While this popular myth persists, the truth is that the pain many people associate with root canals is actually due to the infection, not the treatment that resolves it! Thanks to local anesthetic, additional sedation options and advanced endodontic technologies, for most patients, getting a root canal is no more painful than getting a cavity filled.

Root canal treatment is highly effective, with a reported survival rate of greater than 97%. The prognosis is less favorable with repeated procedures, with a success rate of retreatment cases of 89% at five years.

Your tooth will be numb for a while after the procedure. To prevent discomfort, we recommend taking over-the-counter pain medication (e.g., acetaminophen) before the anesthesia wears off. It’s important to avoid chewing hard foods with that tooth until the final crown has been placed.

An apicoectomy (also known as root end surgery) is performed to restore function and save a tooth after inflammation or infection persists or develops after a root canal. During the procedure, we open the gum tissue over the impacted tooth. Then we remove inflamed or infected tissue and the tip of the tooth root (apex), seal the end of the root canal with a small filling, and apply a few sutures in the gums to enable proper healing.

Root canal treatment is highly effective, with a reported survival rate of greater than 97%. The prognosis is less favorable with repeated procedures, with a success rate of retreatment cases of 89% at five years.

Unlike permanent teeth, pulp problems in primary teeth typically involve direct pulp capping (a healing agent is placed directly over the exposed pulp), pulpectomy (removal of all of the pulp in the pulp chamber and root canal of a tooth), or pulpotomy (removal of a portion of the pulp). Pulpotomy is often referred to as a “baby root canal.”

When you lose a tooth, gum tissue generates more quickly than bone, thereby occupying the empty space. A membrane can be placed to prevent this and provide the bone sufficient time to regenerate. Bone regeneration is often done to rebuild supporting underlying bone damaged by periodontal disease and after tooth extraction. In addition to special membranes, donor bone grafts with the patient’s own bone or artificial bone are used to restore lost bone.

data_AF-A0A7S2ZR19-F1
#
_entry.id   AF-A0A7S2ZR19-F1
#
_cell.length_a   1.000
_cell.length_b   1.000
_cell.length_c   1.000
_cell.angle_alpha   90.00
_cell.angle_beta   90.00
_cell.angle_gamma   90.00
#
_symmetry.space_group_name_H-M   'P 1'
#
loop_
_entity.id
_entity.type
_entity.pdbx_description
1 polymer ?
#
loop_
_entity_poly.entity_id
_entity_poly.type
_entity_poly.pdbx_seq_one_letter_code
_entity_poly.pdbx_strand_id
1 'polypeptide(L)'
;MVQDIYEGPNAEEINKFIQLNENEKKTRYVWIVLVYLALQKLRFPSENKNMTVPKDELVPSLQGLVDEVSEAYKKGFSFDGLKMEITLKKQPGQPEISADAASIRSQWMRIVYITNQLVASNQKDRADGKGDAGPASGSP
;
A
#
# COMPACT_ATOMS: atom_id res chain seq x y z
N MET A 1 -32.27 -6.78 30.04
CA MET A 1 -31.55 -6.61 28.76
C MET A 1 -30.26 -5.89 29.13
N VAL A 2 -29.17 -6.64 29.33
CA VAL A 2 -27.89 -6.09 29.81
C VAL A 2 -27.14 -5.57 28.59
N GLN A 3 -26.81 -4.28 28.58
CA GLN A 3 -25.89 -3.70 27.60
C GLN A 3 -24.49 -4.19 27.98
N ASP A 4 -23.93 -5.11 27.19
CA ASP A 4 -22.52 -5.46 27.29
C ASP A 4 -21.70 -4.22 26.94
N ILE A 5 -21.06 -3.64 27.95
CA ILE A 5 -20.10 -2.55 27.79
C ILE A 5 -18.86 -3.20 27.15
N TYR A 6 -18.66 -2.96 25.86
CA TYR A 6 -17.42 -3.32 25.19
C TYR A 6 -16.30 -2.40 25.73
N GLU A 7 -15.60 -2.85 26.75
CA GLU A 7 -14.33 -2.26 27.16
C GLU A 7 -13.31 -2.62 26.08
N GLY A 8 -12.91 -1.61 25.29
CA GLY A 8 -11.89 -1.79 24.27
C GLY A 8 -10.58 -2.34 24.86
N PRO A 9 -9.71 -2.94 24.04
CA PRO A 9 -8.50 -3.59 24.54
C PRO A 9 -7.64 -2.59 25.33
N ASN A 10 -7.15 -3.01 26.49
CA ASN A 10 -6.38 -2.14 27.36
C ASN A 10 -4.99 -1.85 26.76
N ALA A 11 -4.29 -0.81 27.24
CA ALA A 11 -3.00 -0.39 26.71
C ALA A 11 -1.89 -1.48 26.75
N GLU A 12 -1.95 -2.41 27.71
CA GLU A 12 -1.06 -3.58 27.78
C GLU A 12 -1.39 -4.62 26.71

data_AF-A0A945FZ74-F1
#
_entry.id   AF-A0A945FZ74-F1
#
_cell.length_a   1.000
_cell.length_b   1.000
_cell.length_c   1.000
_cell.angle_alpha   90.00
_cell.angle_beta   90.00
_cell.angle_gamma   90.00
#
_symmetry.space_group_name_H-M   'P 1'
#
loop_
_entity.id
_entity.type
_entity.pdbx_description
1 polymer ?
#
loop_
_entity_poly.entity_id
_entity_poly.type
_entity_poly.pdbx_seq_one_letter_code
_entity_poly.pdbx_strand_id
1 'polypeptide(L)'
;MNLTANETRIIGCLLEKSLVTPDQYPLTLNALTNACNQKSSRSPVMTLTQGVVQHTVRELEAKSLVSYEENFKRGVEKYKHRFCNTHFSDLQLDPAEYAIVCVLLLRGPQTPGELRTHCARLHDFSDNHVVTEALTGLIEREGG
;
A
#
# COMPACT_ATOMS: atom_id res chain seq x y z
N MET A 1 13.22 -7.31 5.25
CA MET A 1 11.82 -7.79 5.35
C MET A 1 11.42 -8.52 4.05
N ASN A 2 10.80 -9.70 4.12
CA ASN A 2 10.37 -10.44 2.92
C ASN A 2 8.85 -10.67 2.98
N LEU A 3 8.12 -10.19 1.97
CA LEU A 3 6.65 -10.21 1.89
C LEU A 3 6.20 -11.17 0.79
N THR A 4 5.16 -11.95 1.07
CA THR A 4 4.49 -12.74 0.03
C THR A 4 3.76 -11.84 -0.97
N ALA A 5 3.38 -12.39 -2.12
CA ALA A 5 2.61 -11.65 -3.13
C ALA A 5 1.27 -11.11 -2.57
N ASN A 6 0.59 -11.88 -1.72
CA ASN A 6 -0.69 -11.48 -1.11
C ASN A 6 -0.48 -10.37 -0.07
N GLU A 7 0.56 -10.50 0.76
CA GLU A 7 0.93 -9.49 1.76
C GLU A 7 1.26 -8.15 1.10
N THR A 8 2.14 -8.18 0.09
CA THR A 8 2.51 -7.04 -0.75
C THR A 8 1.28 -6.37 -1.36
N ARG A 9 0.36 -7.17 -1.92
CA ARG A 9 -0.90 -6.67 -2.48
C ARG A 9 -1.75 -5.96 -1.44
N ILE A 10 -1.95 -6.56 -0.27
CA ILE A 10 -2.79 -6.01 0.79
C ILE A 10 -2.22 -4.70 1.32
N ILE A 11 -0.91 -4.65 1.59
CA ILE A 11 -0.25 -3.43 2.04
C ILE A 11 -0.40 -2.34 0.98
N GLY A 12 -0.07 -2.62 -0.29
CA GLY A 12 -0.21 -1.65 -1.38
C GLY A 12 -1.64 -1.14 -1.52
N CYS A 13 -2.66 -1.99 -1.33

When the pulp of immature permanent teeth is infected, removal of the infected pulp and application of calcium hydroxide doesn’t maintain pulp vitality. Maintaining pulp vitality is essential for continuous root development and closure of the apex, especially in immature permanent teeth. In these cases, a procedure that replaces damaged pulp tissue with viable tissue can restore the normal function of the pulp-dentin structure. Stem cells derived from the patient’s pulp or bone marrow are combined with nanofiber-based material to create scaffolding upon which the tooth can regenerate.

Considered a dental emergency, an avulsed tooth is one that is completely dislodged from the tooth socket. Replantation within 20–30 minutes increases the chance of saving the tooth. Tooth luxation is dislodgment of the tooth from its normal position in the socket. Endodontists have unique skills and sophisticated technologies to treat both of these types of dental trauma.

While the two words are often used synonymously, even by dental practices, technically they aren’t the same thing. A dental abscess is a pocket of pus that forms as a result of an infection, generally bacterial. Infections and abscesses can impact your gums, pulp, tooth root and underlying jawbone.

  • Follow proper oral hygiene by brushing twice a day and flossing regularly
  • Visit a dentist twice a year for routine preventive care
  • Limit sugary foods and drinks
  • Replace your toothbrush at least once every three months, or sooner if bristles start to fray
  • See an endodontist before pain worsens

Have additional questions about your tooth pulp and roots?

Call us today for a painless endodontic consultation at Advanced Endodontics of New York in New York, NY.